New film series explores 'Black Lives on the Small Screen'

By Emma Yarbrough | Emory Report | Jan. 23, 2018

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Widely regarded as one of the top scholars on race and representation on television, Beretta E. Smith-Shomade is curating this semester’s Emory Cinematheque series, “Black Lives on the Small Screen,” which runs Jan. 24 through April 18.

This semester’s Emory Cinematheque series, “Black Lives on the Small Screen,” takes a long look at television created for, targeted toward and most often written by African Americans. Showcasing both non-fictional and scripted programs, the series’ span extends from late 20th century offerings to the present day.

Free screenings begin Jan. 24 and continue on Wednesdays at 7:30 p.m. through April 18. The series is curated by Beretta E. Smith-Shomade, acting associate professor of film and media studies, who joined Emory’s Film and Media Studies faculty in 2016.

Widely regarded as one of the top scholars on race and representation on television, Smith-Shomade has authored two books on the subject: “Shaded Lives: African-American Women and Television” and “Pimpin’ Ain’t Easy: Selling Black Entertainment Television.”

She comes to Emory after working at Spelman College, Georgia State University, University of Houston, Tulane University and a stint as a Fulbright Scholar researching and teaching at Obafemi Awolowo University in Ile-Ife, Nigeria. She also has worked in media production as a freelance producer and music researcher.

“For my entire career, I have been committed to examining, understanding, disrupting and disseminating ideas about black presences in visual culture,” says Smith-Shomade.

“Dr. Smith-Shomade has immeasurably broadened the scope of what Film and Media Studies teaches and researches in multiple directions,” says Matthew Bernstein, department chair. “Moreover, she brings a dynamic and lively teaching style to her classes which our students applaud. She is a first-class colleague; we are fortunate to have her on faculty at Emory.”

Smith-Shomade’s appointment to Emory bolsters a growing Film and Media Studies program, while also offering one of the nation’s top scholars in race and media access to a diverse city that houses a booming film and television industry.

“Right now, I’m working on a book project that investigates the relationships between blackness, media (television, film and new media) and religion,” says Smith-Shomade. “Atlanta provides me a rich landscape to tap into regarding both black religiosity and black media engagement.”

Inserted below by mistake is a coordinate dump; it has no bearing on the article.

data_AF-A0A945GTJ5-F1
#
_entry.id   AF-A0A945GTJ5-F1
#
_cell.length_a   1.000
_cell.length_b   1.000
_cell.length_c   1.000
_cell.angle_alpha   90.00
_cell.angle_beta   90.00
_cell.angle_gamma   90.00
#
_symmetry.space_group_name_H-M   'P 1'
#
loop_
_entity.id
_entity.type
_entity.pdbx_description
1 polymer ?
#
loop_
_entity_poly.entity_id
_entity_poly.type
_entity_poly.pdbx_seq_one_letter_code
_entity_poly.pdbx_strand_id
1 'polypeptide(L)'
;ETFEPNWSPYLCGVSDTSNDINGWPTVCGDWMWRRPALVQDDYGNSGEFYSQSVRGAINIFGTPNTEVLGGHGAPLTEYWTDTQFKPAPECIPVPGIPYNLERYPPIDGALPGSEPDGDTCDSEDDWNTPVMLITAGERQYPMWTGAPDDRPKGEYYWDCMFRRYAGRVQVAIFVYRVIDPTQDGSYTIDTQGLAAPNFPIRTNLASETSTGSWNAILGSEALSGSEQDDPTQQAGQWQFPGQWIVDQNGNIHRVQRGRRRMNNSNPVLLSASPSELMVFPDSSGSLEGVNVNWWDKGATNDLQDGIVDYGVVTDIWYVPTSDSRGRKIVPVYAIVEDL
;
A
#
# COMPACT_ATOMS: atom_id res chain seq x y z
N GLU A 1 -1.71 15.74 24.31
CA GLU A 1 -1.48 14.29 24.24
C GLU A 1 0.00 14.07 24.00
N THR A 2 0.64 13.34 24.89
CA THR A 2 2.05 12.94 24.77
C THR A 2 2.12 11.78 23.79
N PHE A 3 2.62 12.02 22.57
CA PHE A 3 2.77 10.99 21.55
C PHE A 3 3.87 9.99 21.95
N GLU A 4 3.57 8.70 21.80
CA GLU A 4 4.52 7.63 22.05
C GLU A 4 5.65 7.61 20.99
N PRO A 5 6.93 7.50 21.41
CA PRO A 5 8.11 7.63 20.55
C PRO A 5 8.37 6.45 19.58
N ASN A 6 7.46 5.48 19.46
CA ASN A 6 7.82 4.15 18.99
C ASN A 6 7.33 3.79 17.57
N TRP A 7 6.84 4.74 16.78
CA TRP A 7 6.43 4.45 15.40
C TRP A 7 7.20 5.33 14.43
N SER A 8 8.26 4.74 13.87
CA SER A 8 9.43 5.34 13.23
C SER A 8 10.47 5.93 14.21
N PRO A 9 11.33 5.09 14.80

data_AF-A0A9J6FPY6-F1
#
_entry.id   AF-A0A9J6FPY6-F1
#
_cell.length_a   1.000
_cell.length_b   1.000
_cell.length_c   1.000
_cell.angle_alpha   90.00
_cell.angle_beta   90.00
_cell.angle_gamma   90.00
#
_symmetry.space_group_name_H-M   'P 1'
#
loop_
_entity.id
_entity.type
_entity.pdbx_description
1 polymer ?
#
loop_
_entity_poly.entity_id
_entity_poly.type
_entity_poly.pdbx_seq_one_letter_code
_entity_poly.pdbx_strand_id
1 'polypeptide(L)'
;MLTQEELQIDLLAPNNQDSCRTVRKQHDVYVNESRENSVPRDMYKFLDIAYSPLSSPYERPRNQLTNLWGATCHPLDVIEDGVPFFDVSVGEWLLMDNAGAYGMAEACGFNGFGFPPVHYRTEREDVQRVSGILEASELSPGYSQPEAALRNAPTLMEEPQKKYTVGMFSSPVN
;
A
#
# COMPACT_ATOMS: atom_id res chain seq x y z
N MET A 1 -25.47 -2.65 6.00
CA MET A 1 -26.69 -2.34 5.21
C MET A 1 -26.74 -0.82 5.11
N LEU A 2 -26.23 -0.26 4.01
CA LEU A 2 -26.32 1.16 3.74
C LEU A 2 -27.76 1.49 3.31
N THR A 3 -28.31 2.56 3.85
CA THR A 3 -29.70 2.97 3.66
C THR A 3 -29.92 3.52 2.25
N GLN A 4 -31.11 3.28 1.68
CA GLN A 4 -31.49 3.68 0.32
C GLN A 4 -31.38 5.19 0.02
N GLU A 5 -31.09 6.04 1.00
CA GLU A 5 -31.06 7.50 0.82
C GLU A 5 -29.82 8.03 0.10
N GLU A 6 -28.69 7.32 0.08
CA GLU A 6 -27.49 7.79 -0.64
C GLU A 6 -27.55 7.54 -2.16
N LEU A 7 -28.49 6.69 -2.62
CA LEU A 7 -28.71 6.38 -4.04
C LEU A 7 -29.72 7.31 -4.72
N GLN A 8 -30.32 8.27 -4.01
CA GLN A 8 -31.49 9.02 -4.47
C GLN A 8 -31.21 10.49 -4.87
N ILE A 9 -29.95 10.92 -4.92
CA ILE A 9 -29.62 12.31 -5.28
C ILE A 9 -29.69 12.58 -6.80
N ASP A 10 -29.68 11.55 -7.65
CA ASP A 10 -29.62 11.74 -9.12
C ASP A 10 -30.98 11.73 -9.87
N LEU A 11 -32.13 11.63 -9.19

An in-depth look at black television

This semester, Atlanta and Emory community members can take a master class from Smith-Shomade with her carefully cultivated Cinematheque selection and featured speakers.

Featuring non-fictional programming such as Ava DuVernay’s 2016 documentary “13th” (Feb. 28) and episodes from ground-breaking television shows including “Roots” (Jan. 31), “Scandal” (Mar. 7) and “Good Times” (Apr. 11), the series will host nationally renowned television scholars as well as television writers, producers and showrunners to introduce and lead audience discussions.

Originally, Smith-Shomade hoped to sculpt the series entirely out of fictional narrative programming, but licensing restrictions prevented the screening of shows like “Atlanta,” “The Cosby Show” and reality programming such as “The Real Housewives of Atlanta.”

Smith-Shomade reimagined the series to include multiple documentary features that further contextualize the evolution of portrayals of African Americans on the small screen.

“I am actually quite pleased with the series’ present articulation,” says Smith-Shomade. “I think it allows for a more holistic thinking through of the relationships between black television programming and living while black.”

“I am tremendously grateful for the support I've received from my department and additional university sources including a huge award from the Hightower Fund, a grant from the Center for Faculty Development and Excellence and support from both the African American Studies Department and the Theater Studies Program,” says Smith-Shomade. “The scope of this series would absolutely not have been possible without their support.”

All screenings take place at 7:30 p.m. in White Hall 208 and are free and open to the public. See the complete schedule for the series.